A Baltimore County judge denied Mark Midei's appeal for reinstatement of his medical license, ruling that there was "substantial evidence" for the Maryland Board of Physicians to revoke it last year after finding that the Towson cardiologist falsified patient records to justify the placement of unnecessary coronary stents.
The decision ends an ordeal that began more than three years ago, when an anonymous letter was sent to the state board, claiming Midei, a well-regarded physician who earned a seven-figure salary at St. Joseph Medical Center, was improperly treating patients.
The allegations soon snowballed, leading to Midei's forced resignation from St. Joseph in 2009, the revocation of his medical license in 2011, and the embattled hospital's sale earlier this year. More than 200 lawsuits have been filed against Midei and St. Joseph by former patients who claim the star doctor abused their trust and put their lives at risk.
"The Board's decision to revoke [Midei's] license … is not arbitrary or capricious" and it "shall be affirmed," Circuit Court Judge Susan Souder wrote in a 25-page opinion that was signed Monday and delivered to the court clerk's office Tuesday morning.
Midei said he was "disappointed deeply" by the judge's choice to uphold the revocation.
"I remain certain of the soundness of my medical decisions throughout my 25-year career as an interventional cardiologist in Baltimore. I am also certain that my practice did not differ from that of my colleagues at St. Joseph, in Baltimore, or across the United States," he said in an e-mailed statement.
In 2010, Midei filed a lawsuit asking $60 million in compensatory damages and up to $540 million more in punitive reparation from St. Joseph and its parent company. The filing claimed that the entities set up Midei as a scapegoat to deflect attention from federal investigators, who were looking into a kickback scheme between the hospital and a separate cardiology group that once employed Midei.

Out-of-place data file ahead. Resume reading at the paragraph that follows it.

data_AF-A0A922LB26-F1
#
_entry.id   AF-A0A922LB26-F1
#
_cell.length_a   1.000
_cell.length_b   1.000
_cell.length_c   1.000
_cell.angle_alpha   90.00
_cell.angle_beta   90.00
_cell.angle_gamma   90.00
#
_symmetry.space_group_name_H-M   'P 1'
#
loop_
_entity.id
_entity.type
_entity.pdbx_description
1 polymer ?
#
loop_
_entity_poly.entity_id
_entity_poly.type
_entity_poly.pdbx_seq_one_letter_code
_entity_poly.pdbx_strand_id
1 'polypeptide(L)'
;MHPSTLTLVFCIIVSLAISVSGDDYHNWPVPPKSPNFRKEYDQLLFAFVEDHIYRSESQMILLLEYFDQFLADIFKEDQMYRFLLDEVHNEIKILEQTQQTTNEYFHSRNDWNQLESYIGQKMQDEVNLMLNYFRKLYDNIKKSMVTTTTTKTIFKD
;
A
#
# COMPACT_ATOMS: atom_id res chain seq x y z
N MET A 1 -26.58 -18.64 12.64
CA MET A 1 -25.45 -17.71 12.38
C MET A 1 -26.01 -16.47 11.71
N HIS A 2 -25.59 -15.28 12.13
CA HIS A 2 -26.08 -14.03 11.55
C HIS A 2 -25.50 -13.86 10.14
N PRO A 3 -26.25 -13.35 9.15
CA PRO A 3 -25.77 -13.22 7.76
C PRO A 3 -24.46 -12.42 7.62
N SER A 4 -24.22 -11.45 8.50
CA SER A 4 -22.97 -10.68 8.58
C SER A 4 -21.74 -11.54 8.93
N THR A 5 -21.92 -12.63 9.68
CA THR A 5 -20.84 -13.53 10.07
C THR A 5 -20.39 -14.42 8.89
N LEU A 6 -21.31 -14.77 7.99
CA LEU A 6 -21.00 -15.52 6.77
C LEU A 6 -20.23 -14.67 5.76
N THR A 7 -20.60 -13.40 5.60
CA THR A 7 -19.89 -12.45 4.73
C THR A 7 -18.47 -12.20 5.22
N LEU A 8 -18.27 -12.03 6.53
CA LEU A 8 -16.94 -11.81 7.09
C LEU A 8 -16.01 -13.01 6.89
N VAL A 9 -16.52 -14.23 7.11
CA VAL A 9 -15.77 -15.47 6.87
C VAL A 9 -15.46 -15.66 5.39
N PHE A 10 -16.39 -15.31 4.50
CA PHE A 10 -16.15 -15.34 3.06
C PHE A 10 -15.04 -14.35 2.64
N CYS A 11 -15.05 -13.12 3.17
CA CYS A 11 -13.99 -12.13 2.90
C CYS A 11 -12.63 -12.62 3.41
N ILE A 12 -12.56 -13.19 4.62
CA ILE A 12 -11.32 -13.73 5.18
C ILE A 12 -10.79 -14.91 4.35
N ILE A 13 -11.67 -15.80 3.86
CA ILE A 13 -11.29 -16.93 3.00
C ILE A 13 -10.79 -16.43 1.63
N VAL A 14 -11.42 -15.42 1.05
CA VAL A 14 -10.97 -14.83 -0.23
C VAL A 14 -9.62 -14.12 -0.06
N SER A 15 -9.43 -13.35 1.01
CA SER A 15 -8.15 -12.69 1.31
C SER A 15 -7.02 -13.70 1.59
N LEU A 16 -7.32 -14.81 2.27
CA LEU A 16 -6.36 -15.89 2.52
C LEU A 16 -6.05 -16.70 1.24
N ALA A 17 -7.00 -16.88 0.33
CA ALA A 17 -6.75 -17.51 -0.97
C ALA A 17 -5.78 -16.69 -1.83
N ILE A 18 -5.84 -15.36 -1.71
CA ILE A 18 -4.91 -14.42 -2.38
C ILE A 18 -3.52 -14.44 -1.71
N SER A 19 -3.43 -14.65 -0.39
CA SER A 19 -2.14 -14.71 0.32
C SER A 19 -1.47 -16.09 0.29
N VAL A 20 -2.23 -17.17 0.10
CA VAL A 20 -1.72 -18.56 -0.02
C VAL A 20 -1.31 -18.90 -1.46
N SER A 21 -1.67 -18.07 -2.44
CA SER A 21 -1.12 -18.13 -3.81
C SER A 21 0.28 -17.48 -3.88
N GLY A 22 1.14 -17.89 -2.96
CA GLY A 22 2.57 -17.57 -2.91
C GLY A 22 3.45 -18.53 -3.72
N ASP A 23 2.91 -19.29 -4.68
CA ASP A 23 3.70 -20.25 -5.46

But the suit was dismissed in late April, after a judge found that Midei wasn't allowed to sue because he had signed a release when he was ousted from St. Joseph. His attorney, Stephen Snyder, has said Midei will likely appeal that ruling.
The cardiologist was stripped of his medical license 10 months ago after board members found that he violated five provisions of the state's Medical Practice Act: committing unprofessional conduct, falsifying reports, grossly overusing health care services, breaching standards of care and failing to keep adequate medical records.
He is said to have overestimated the amount of blockage in patient arteries, then treated the phony maladies with expensive mesh stents, which look similar to the spring inside a ballpoint pen. They are used to prop open compromised passageways to restore blood flow and relieve symptoms like chest pain. St. Joseph identified roughly 600 people who might have received such inappropriate procedures, and sent each of them a warning letter.
Board members said Midei's "repeated and serious" violations "unnecessarily exposed his patients to the risk of harm" and increased "the cost of the patients' medical care."
Midei fought the ruling, which led to a lengthy hearing before an administrative law judge, who upheld the decision, and thousands of pages in exhibits and testimony, which were then turned over to the Baltimore County court for another review, at Midei's request.
He argued in court filings that the license revocation was "not supported" and was "based on erroneous legal analyses and irrelevant factors." Midei has long maintained that he operated in his patients' best interests and claimed that he estimated blockages based on what he saw at the time of diagnosis. He attributed discrepancies found by others to variability in physician perceptions and the poor quality of images under review.
A court hearing was held in March to discuss the final effort to preserve his license, and Midei said afterward that he felt "optimistic."
But Souder found that a "reasoning mind" would come to the same "bad faith" conclusions about Midei's behavior that both the medical board investigators and the administrative judge reached. "There is substantial evidence to support these findings," Souder wrote, again upholding the board's decision.
In his statement, Midei said, "I am hopeful that when these judicial decisions are evaluated outside of the legal and political firestorm of Baltimore, unbiased decisions will be rendered. In the meantime, I hope to handle the ongoing scrutiny with continued dignity, decency, and grace."
The Maryland board said Midei could apply for reinstatement in mid-2013.
A medical board in Ohio, Midei's home state, also moved to revoke his license there, which expires in July, based on the actions and accusations in Maryland. Officials sent him a letter in December offering him an opportunity for a hearing.
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